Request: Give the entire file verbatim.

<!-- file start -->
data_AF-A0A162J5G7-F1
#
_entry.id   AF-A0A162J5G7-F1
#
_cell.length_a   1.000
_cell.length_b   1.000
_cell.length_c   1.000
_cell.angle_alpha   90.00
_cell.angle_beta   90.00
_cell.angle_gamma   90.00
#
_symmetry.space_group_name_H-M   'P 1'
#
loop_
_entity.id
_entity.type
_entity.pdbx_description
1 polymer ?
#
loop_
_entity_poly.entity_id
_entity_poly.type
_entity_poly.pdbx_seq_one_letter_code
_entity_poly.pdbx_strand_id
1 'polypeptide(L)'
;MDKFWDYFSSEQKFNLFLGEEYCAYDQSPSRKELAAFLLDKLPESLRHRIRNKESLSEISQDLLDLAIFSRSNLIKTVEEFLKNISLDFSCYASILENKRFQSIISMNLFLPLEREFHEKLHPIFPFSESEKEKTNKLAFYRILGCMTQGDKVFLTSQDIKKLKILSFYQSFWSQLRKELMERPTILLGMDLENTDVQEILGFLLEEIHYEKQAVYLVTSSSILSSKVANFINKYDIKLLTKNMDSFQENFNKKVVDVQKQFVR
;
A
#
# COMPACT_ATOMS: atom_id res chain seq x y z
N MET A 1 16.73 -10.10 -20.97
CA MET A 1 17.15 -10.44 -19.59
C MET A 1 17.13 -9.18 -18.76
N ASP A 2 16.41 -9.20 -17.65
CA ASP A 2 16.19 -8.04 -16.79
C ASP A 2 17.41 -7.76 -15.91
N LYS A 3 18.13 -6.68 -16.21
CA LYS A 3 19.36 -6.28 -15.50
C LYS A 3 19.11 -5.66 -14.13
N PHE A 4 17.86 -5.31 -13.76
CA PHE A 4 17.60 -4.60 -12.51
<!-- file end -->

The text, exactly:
data_AF-A0A162J5G7-F1
#
_entry.id   AF-A0A162J5G7-F1
#
_cell.length_a   1.000
_cell.length_b   1.000
_cell.length_c   1.000
_cell.angle_alpha   90.00
_cell.angle_beta   90.00
_cell.angle_gamma   90.00
#
_symmetry.space_group_name_H-M   'P 1'
#
loop_
_entity.id
_entity.type
_entity.pdbx_description
1 polymer ?
#
loop_
_entity_poly.entity_id
_entity_poly.type
_entity_poly.pdbx_seq_one_letter_code
_entity_poly.pdbx_strand_id
1 'polypeptide(L)'
;MDKFWDYFSSEQKFNLFLGEEYCAYDQSPSRKELAAFLLDKLPESLRHRIRNKESLSEISQDLLDLAIFSRSNLIKTVEEFLKNISLDFSCYASILENKRFQSIISMNLFLPLEREFHEKLHPIFPFSESEKEKTNKLAFYRILGCMTQGDKVFLTSQDIKKLKILSFYQSFWSQLRKELMERPTILLGMDLENTDVQEILGFLLEEIHYEKQAVYLVTSSSILSSKVANFINKYDIKLLTKNMDSFQENFNKKVVDVQKQFVR
;
A
#
# COMPACT_ATOMS: atom_id res chain seq x y z
N MET A 1 16.73 -10.10 -20.97
CA MET A 1 17.15 -10.44 -19.59
C MET A 1 17.13 -9.18 -18.76
N ASP A 2 16.41 -9.20 -17.65
CA ASP A 2 16.19 -8.04 -16.79
C ASP A 2 17.41 -7.76 -15.91
N LYS A 3 18.13 -6.68 -16.21
CA LYS A 3 19.36 -6.28 -15.50
C LYS A 3 19.11 -5.66 -14.13
N PHE A 4 17.86 -5.31 -13.76
CA PHE A 4 17.60 -4.60 -12.51